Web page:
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Advising at Grinnell

I’ve been thinking a lot about advising at Grinnell lately. In part, that’s because of the number of advisees I have. But it’s also because Dean Latham asked the faculty to think about advising and to help him explain to folks outside the College what advising looks like at Grinnell and how we know that advising at Grinnell is successful.

From what I’ve heard, advising at Grinnell is different than at other institutions, including other institutions that use faculty as academic advisors. Former Associate Dean Brad Bateman [1] used to say that it was clear that Grinnell faculty took advising more seriously than faculty at other institutions. I don’t know what evidence he had. I’ve recently heard from our own department of Academic Advising that in conversations with their peers at other institutions, they also find that Grinnell faculty take their role as advisors particularly seriously. I’m not sure how you quantify particularly seriously, but I do think that if you want to talk to people outside Grinnell about academic advising at Grinnell, you start with our Office of Academic Advising and have them tell you what they know.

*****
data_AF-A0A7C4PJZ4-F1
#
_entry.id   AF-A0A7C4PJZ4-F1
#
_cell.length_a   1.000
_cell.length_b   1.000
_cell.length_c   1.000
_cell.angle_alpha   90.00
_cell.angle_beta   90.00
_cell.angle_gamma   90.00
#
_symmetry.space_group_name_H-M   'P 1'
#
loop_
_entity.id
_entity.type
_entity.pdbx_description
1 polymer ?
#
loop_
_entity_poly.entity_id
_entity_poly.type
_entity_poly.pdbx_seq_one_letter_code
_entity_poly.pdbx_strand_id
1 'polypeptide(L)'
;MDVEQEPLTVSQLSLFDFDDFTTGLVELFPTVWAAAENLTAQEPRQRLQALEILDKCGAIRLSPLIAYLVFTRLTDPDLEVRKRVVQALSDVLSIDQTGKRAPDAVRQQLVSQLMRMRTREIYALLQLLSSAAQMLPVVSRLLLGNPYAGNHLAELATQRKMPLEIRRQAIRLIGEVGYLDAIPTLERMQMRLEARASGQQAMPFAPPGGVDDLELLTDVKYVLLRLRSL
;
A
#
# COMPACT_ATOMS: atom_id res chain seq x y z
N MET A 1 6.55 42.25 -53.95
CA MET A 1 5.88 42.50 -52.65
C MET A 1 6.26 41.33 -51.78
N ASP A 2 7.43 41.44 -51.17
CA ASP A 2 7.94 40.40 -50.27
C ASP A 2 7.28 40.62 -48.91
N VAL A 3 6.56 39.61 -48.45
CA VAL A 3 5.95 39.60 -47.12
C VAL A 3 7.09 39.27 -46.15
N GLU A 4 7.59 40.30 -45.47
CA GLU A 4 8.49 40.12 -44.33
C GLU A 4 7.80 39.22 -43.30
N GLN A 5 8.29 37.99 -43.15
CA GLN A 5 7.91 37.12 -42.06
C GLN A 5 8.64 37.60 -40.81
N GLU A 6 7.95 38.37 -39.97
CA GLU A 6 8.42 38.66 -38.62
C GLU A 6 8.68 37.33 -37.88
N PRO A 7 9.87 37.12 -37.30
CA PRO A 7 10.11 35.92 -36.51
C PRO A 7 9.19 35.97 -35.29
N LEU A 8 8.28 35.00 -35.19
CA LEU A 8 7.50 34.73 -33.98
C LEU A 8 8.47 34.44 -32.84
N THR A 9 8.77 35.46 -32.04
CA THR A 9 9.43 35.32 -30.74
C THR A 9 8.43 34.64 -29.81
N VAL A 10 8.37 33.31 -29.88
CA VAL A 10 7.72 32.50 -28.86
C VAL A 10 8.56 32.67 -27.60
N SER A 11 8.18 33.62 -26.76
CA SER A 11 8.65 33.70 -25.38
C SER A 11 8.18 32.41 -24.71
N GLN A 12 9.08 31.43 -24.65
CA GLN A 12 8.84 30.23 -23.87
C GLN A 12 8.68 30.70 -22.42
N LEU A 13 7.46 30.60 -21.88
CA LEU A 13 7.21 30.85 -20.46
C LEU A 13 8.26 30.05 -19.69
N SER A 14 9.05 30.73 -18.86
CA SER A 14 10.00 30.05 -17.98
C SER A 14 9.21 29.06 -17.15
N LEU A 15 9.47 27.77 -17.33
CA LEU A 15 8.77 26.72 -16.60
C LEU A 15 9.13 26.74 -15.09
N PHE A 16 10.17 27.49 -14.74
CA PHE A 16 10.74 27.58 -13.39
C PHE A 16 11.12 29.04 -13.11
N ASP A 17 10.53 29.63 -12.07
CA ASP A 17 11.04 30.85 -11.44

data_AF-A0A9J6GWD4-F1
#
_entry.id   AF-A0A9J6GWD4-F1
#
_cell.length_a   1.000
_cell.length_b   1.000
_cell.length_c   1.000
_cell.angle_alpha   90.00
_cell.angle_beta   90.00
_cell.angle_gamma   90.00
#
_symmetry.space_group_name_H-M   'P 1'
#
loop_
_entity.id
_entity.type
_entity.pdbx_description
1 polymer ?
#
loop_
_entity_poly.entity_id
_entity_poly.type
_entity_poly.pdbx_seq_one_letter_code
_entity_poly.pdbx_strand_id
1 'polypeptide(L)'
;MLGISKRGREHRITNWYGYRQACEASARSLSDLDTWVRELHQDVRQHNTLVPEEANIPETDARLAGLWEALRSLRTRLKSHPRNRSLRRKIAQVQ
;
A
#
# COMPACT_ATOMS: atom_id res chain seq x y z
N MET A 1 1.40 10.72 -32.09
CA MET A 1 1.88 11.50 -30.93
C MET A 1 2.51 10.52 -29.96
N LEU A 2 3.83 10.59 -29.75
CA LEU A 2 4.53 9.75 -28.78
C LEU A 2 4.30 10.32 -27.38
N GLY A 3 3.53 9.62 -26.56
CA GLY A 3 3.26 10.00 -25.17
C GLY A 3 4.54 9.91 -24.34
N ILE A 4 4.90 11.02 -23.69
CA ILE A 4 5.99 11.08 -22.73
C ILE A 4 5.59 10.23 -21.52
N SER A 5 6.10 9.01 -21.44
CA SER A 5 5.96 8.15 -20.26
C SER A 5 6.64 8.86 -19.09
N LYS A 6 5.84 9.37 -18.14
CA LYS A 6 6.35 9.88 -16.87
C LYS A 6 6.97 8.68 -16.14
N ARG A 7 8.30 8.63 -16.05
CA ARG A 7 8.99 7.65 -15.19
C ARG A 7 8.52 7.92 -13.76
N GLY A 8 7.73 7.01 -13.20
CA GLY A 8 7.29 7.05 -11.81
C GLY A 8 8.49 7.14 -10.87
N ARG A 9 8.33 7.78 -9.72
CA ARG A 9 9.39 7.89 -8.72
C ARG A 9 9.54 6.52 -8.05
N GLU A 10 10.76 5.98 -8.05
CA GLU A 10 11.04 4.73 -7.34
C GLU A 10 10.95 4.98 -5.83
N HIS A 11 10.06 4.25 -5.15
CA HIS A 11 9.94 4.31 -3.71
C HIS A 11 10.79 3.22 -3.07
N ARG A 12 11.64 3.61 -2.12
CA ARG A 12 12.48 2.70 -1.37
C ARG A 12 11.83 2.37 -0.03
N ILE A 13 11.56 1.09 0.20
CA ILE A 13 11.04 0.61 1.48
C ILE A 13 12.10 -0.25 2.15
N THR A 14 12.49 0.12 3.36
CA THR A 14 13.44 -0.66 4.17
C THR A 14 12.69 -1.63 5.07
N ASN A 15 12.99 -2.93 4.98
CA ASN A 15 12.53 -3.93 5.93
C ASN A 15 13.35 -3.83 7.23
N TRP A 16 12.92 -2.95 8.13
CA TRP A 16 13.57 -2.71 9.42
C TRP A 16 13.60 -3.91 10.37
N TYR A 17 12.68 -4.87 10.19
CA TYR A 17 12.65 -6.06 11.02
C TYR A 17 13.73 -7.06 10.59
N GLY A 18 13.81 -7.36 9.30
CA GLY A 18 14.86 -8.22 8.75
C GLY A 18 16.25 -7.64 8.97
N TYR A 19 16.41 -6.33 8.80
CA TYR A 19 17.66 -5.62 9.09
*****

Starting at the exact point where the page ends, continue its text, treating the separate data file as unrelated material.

But that’s not much of a musing. So let’s consider some of the details from my perspective. I’ve italicized my reflections on measurement and explanation to set them apart from the primary roles of an advisor.

Because Grinnell has an individually advised [2] curriculum, advising at Grinnell is necessarily different than advising at most other institutions. That is, rather than focusing on major requirements and helping students choose between different options for general education requirements, we must also work with students to think through what their personalized general education should entail. Since no one has to take a foreign language, or a laboratory science, or a course on society, or a course on literature, or quantitative reasoning, or whatever else is on the GenEd list these days, we work carefully with students to help them understand the benefit of each. It’s more work, sometimes much more work, but it’s worth it in that students are more engaged with the material when they take classes. Not every Grinnell student takes math, or foreign language, or course in which they create new works or analyze creative works, or whatever. But most do. And, I hope, most are thoughtful about the choices they have made.

How would I measure that part of the advisor role for someone who wants things measured? Transcript analysis might help, but it clearly doesn’t capture all the nuances. For example, I might push an international student less to take a foreign language, or I might hear from a student of experiences elsewhere that suggest a deep knowledge of creative activity. The short essays that students write when they declare majors might help, but, at some point, it was decided that the essays did not need to be very long, so they often contain less reflection than I would like to see [3,4].